I don't know how a band can go from referencing Flannery O'Connor to referencing a Macaulay Culkin movie with a straight face, but Jane Eyre
makes it seem as natural as hot air rising, electro-magnetism, and the pull of gravity, which now I think about it, are all actually kind of bizarre phenomena. Jesse Rifkin's voice has a familiar timbre that I can't place, and as I sit here detoxing for an upcoming mini tour, sweaty/shaky, huddled with cats and tea, I can't help to be pulled into this album's orbit. With Our Thoughts We Make The World
is a Buddha quote, overall this album is a bit of a meditation; a stoned, psychedelic jam that slips in and out song-form like thread through a needle. It really should be played through as an entire piece. I wouldn't call it a concept album, or maybe it's a concept beyond explanation, but take some time and sit down with it... just be in the moment.
|Due out August 8th, 2013|
Hazel Motes 1 & 2 start the album off with sampled chatter from some ethereal scene of normalcy; guitar drones build the songs into aural waves, up until about the 3 min. mark in HM2, at which point St. Aubin's drums and Gordon's bass settle into a groove that pushes the epic along in a manner reminiscent of Can or later era Sonic Youth. Rifkin and Seretan's guitars sail overhead, then decrescendo back to about where the first track took off.
Be Still, Be Silent is bass driven and absent of percussion. The track reminds me of something off of Astral Weeks, and overall, I think WOTWMTW
is on a similar wavelength. You can question the accessibility of an album that doesn't jump out with an uptempo single, OR resign itself to atmospheric background music. I don't know if I consider it a fault that this album requires a deeper listen; it's just a rarity these days. However, if you're looking for a single, Home Alone 2: Lost In New York is it. The catchiest vocal hook on the album spearheads a song where 60's jangle guitars give way to 80's, almost Smiths-esque shimmering arpeggios, then to indie guitar squeal, then back for a chorus... and end scene.
Borrowing Body, is a minor key ballad with a 6 feel. St. Aubin's drums shine through on this track. Quick fills between cymbal crashed downbeats mark the first half of the song. After a rest in the middle, the drums re-enter with a kind of awesomely anti-climatic snare roll. That's the best I can describe it. Just listen to it.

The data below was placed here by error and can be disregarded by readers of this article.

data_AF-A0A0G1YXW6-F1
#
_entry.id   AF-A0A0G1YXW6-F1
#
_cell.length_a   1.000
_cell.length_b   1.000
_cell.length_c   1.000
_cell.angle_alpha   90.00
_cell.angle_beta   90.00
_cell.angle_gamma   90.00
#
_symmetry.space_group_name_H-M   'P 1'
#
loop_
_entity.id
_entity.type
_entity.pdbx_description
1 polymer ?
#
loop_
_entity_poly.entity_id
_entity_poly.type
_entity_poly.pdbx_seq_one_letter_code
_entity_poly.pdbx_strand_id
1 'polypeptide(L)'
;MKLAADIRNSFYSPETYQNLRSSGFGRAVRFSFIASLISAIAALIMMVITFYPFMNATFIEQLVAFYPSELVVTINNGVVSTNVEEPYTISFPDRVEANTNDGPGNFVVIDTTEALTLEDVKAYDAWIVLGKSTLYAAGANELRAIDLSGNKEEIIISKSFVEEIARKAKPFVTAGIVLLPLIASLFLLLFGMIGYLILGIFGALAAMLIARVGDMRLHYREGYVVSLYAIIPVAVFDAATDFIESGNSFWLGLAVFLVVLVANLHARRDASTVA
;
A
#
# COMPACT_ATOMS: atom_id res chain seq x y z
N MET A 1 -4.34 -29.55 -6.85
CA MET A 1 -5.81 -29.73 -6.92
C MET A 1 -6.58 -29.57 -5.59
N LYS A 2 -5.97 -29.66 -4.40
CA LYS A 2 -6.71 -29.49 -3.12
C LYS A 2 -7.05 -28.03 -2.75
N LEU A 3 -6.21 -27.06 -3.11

Boy King Island comes out with pianos upfront and a simple grove. As guitar heavy as Jane Eyre's sound has been up to this point, it doesn't seem strange or jarring at all when the keys take over the role of the main chordal instrument. Bells Bells Bells fades in from a loud manic solo, to some tape noise, then a slow, jagged vocal serenade. About midway through the track, we get one more chance to rock, before the album decays into tape loop nothingness.
With Our Thoughts We Make The World
|The band in the heat of battle.|
is worth a listen. Actually, it's worth four. That's about what it took me to catch most of what is going on. This is an album that was made for a time when you sat down in front of a record player and did nothing but listen, (and drink and smoke pot and maybe make out). It's not an album for a 3 min. commodity to soothe your soul on the way from your apartment to the bodega, or to listen to on the train with all the background noise; it's not an album to blast while you pre-game with your buddies, or to put on a jukebox at a bar. It's an album for when you go home, and learn to be alone.
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